Top 5 cannabis terps You Should Know

cannabis terps

The Top 5 Cannabis Terpenes You Should Know

By The Honest Cannabist @thehonestcannabist

What Are Terpenes?

Terpenes are volatile secondary organic compounds which are found in cannabis and most all of nature. They are vulnerable to both temperature and oxidation. Along with flavonoids, terpenes (often referred to as terps) are responsible for the rich and delicious aroma and taste we get from cannabis consumption. But they do much more than that: terps have many strong medicinal benefits. They’re fucking lit. Goal: learn enough about terps so that you can take advantage of their presence in your medicine. Many people believe that the sativa/indica classification system is outdated. If we look instead, say, at myrcene content versus limonene content, we’d have a much clearer way of classifying what we commonly recognize as indica and sativa effects, respectively.

The most popular naturally-occurring terpenes in cannabis are:

1. Myrcene, as Beta-myrcene (ß-myrcene)

2. Pinene (a-pinene and ß-pinene)

3. Limonene, as Delta-limonene (d-limonene)

4. Caryophyllene, as Beta-caryophyllene (ß-caryophyllene)

5. Linalool

(*Keep in mind that terpenes are sometimes synthetically added to cannabis extracts.)

Before we take a closer look at their individual properties, let’s take a second to chat about what makes terpenes so damn cool. Terps bring remarkable healing properties in spades. They are naturally-occurring compounds which, as a group, are known to be anti-inflammatory, antidepressive, antioxidant, anxiolytic (anti-anxiety), sedating, calming and/or uplifting, antispasmodic, analgesic, and that just skims the surface of their capabilities.

Terpenes vaporize at temperatures as low as 311°F. If you’re combusting your herb at 451°F or higher, most of the terpenes will be destroyed by the high heat before it hits your lungs and you won’t get all the benefit. A low-temp vaporizer or an enail with temperature control is your best bet for harnessing the healing potential of terps. Just keep in mind that, as with all things, your mileage may vary. We all respond a little bit differently, and that’s okay! This is meant as an introductory guide, a blueprint of sorts, summing up what terpenes can do for you. What are the main terpenes all about? What do they do? Where can you find them? Read on to learn more!


Myrcene: Sleep

Got insomnia? Unyielding, stubborn pain? Turn to myrcene. Aside from being one of our favs because it enhances the psychoactivity of THC, myrcene is the most prevalent terp in cannabis. (Yes, the mango rumors are true! Eat some myrcene-loaded mango 30-45 minutes before partaking to boost your high.) It is less volatile than the other terps, so it hangs out longer and is present in larger amounts. Myrcene’s heavy-hitting couchlock effect is the way most of us fondly remember our first adventures with cannabis. It is also incredibly potent medicine.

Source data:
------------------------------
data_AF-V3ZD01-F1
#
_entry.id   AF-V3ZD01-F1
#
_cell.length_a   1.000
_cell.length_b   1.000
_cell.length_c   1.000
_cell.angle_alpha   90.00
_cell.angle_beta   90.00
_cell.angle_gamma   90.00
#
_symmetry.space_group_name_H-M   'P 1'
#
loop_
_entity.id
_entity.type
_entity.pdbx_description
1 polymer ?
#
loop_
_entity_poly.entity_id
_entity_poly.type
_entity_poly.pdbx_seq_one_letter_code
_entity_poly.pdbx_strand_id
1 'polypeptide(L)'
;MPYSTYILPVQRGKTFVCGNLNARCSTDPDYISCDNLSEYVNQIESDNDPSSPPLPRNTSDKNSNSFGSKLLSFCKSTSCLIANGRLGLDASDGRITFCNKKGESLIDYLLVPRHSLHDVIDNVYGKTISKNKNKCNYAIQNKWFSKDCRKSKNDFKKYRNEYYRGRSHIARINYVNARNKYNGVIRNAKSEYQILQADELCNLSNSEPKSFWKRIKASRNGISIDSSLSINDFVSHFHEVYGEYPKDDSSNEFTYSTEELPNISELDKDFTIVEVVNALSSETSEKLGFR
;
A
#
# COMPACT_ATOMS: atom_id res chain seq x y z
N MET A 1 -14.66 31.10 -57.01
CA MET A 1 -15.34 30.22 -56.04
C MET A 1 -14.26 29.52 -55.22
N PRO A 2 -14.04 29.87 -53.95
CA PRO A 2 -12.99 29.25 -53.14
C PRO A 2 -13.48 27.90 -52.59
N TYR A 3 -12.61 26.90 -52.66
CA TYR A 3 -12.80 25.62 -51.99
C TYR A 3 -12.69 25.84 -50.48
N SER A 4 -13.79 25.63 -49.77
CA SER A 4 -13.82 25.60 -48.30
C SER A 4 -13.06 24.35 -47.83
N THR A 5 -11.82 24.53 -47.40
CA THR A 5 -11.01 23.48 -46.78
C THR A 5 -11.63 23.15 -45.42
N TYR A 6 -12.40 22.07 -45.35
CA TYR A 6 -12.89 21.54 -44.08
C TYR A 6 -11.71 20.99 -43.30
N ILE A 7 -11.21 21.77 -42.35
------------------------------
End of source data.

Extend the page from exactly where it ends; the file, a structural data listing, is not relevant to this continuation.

Myrcene lowers resistance of the blood-brain barrier allowing its medicinal effects (and that of the other terps and cannabinoids) to work more quickly. It is wonderful for calming muscle spasms and just relaxing the body in general. For a good night’s sleep or medicating intense pain, look for strains with a higher myrcene content. If you tend to wake up in the middle of the night or struggle with insomnia (or the dreaded painsomnia), keep a myrcene-high strain on your bedside table to maximize your ZZZs.

This terp is highly present in hops, which is why beer makes a lot of people sleepy and those familiar with herbal medicine often use hops as a sleep aid. That hoppy presence in myrcene’s flavor and aroma is unmistakable, yet myrcene can just as easily be described as earthy, musky, and herbal with notes of clove. In addition to mango and hops, you can also find an abundance of myrcene in lemongrass, thyme, bay leaf, and eucalyptus.


Pinene: Focus

Focus your mind and improve your short-term memory with pinene. This terp is a major anti-inflammatory, as well, which makes it good for easing several types of pain (e.g. most inflammatory autoimmune or chronic pain conditions such as fibromyalgia, lupus, rheumatoid arthritis). Pinene is soothing for the tummy and digestive system. It is a natural antiseptic and antibacterial. It makes it easier to breathe by opening your airways, too.